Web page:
Author(s): Marc Gil DL. Marcelo, M.D.; Lawrence Irving Bernardo, Marc Paul Lopez, M.D., F.P.C.S.; Marie Dione Sacdalan, M.D., F.P.C.S. and Manuel Francisco Roxas, M.D., F.P.C.S.
Fournier’s gangrene is the development of a progressive necrotizing infection in the genital and perianal region with findings of gangrenous and necrotic tissue involving the skin and subcutaneous tissue down to the fascia. This study aims to review cases of Fournier’s gangrene in the Hospital from 2004 up to 2010 and to provide a profile of patients afflicted with the disease and describe its surgical management in this institution.
A retrospective chart and database review was performed involving patients with a diagnosis of Fournier’s gangrene treated at the Hospital from 2004-2010. The following variables were analyzed: 1) total number of cases; 2) gender; 3) age range, distribution and mean age; 4) source of infection, whether the initial lesion started from the urogenital or perianal area; 5) associated co-morbid conditions; 6) the extent of infection, whether it’s confined to the urogenital or perineal area or has involved adjacent areas; 7) the time between initial symptoms to the first hospital consult; 8) number of debridement done at the operating room for each patient; 9) the presence of other surgeries aside from debridement; 10) outcome (recovered or expired).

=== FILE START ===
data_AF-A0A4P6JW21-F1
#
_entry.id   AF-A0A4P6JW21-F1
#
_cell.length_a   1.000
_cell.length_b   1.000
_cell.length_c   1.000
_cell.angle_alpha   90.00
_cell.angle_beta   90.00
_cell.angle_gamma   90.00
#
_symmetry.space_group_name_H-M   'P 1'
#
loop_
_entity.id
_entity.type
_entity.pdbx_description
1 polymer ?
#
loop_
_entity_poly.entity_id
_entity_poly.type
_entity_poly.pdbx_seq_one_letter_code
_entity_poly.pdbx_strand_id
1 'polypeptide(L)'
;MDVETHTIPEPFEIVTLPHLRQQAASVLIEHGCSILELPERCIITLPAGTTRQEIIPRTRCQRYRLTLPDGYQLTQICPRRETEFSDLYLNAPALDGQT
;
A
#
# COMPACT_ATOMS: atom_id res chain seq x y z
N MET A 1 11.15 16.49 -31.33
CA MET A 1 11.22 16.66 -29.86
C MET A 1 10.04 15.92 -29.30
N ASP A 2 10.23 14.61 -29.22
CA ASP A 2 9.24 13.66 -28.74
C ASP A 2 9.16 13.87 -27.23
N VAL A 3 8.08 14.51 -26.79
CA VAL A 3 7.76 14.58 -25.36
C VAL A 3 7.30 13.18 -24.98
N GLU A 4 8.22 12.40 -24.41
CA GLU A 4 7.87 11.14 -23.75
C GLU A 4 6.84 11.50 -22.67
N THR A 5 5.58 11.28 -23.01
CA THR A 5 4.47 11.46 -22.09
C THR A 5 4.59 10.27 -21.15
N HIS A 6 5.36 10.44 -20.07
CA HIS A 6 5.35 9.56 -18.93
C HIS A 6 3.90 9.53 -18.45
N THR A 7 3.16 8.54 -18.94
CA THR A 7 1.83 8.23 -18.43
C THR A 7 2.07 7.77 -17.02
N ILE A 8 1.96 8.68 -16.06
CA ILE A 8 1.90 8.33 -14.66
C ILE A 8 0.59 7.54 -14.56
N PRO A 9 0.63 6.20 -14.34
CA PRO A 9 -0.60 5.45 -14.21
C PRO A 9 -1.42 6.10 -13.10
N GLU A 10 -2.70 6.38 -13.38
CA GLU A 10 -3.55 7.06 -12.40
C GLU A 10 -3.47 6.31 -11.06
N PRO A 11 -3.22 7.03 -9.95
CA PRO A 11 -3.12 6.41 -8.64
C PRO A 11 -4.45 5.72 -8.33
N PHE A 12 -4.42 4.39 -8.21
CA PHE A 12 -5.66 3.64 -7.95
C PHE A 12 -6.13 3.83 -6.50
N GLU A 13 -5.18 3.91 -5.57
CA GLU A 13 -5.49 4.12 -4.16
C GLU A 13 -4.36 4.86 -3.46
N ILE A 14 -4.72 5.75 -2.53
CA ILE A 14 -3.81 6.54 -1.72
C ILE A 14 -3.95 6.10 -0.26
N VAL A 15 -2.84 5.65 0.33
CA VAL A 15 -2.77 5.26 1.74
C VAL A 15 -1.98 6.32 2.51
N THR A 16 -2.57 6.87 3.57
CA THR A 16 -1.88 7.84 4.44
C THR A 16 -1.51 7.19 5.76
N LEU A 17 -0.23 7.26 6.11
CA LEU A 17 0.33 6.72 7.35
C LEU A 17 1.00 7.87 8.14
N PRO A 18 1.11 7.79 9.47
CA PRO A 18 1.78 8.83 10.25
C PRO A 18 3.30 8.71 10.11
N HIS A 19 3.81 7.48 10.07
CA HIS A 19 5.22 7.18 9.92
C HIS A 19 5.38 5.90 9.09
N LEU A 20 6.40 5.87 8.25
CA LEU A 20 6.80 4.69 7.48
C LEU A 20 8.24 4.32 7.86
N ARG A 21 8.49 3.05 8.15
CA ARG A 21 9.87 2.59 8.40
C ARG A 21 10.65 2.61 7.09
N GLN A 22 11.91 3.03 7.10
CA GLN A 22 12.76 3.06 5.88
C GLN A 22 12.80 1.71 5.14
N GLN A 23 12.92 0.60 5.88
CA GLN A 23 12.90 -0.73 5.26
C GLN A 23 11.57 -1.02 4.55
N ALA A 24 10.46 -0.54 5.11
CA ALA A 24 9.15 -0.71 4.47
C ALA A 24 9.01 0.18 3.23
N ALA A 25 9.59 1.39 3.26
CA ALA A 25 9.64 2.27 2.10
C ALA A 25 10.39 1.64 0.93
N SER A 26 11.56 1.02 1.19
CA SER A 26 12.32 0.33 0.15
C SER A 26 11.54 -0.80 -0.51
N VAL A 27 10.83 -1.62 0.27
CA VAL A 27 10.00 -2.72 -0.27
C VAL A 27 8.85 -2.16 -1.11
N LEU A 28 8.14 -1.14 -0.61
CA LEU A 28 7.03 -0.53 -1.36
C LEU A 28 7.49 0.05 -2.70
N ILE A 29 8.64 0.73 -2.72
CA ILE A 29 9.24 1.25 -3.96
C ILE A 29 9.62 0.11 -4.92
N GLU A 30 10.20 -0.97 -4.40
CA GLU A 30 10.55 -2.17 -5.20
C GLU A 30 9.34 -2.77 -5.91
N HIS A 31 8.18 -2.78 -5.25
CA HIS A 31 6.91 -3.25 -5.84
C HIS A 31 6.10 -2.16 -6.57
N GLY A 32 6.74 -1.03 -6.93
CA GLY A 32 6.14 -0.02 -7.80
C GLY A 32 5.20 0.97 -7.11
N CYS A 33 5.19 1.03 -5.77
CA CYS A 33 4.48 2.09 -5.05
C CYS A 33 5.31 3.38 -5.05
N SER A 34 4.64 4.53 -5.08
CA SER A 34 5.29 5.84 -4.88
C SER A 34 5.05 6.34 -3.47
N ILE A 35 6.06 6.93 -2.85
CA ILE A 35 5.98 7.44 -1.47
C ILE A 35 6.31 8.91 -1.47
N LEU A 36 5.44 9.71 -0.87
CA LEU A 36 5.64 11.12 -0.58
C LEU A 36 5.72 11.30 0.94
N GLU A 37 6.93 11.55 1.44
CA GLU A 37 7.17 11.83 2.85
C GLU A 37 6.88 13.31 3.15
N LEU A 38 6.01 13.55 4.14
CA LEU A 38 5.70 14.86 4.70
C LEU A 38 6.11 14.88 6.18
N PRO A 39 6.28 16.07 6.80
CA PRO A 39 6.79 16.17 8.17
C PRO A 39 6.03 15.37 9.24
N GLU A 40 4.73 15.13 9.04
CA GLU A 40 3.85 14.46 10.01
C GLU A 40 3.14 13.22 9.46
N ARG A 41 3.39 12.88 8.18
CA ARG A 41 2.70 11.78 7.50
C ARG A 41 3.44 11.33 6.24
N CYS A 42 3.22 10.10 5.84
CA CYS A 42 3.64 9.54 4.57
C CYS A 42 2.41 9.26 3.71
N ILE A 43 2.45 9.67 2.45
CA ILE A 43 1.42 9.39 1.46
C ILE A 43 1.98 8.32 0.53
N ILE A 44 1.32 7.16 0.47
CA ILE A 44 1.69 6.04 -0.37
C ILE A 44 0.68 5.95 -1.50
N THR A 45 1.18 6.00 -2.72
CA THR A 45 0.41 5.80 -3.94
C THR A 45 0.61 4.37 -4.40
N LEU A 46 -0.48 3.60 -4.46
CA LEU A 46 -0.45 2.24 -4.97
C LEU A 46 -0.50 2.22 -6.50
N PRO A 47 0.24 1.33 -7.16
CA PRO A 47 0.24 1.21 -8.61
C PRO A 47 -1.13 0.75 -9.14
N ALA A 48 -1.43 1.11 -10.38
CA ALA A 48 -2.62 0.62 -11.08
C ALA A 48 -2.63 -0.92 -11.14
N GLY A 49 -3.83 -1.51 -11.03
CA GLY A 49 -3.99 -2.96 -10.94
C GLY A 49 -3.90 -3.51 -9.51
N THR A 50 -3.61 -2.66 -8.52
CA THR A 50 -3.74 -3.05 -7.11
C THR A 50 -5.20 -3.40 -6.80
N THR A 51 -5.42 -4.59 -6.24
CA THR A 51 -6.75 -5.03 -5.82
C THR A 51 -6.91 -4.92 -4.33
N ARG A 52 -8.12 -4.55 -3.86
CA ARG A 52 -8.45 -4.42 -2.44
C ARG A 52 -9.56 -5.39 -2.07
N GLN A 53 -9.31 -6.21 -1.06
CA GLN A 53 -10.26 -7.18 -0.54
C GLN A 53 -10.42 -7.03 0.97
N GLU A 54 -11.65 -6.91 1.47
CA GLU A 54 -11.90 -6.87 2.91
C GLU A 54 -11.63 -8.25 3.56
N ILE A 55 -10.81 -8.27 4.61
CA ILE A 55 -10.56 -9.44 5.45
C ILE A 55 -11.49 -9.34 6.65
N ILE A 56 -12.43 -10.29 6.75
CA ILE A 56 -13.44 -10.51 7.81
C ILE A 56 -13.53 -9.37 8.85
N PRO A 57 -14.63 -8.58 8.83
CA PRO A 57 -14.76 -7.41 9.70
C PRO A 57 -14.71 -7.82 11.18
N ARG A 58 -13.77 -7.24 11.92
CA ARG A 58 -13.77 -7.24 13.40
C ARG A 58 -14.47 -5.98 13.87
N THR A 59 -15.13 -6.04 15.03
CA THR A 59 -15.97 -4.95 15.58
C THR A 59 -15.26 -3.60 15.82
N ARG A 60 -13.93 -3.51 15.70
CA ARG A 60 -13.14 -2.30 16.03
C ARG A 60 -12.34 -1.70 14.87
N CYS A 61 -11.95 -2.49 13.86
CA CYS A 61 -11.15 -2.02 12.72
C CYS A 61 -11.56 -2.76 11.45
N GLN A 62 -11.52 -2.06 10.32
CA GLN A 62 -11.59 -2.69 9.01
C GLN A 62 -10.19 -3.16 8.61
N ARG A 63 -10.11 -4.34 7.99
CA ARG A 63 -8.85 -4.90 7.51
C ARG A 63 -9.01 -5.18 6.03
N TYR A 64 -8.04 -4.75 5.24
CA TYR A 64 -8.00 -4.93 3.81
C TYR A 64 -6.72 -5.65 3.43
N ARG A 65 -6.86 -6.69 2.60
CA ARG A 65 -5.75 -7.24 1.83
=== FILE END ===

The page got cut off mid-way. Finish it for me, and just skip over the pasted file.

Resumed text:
The incidence of Fournier’s gangrene is 8.7 patients per year in our institution. There were 36 patients included in this study. There is a male preponderance, affecting 4 males for every 1 female. The mean age is 49.5 years with a range of 18-73. Sixty four percent had infection starting from the perianal area while the rest had an initial lesion from the urogenital area. Seventy two percent had lesions confined to the perianal/urogenital areas while the rest had extended infections. Diabetes mellitus was the most common comorbid condition, involving 47 percent of the cases. Majority of the patients (70%) underwent just a single debridement. Our institution mortality rate is 11 percent. No statistical significance was established between number of debridement and time of consult with mortality.
The optimal management of Fournier’s gangrene include all the ff: 1) appropriate anti-microbial therapy; 2) intensive pre and post-operative resuscitation; 3) aggressive and timely surgical intervention. While this disease may be rare, it always presents a challenge to the surgeon and the intensives, requiring a more thorough understanding of its presentation and treatment outcomes.
Key words: Fournier’s gangrene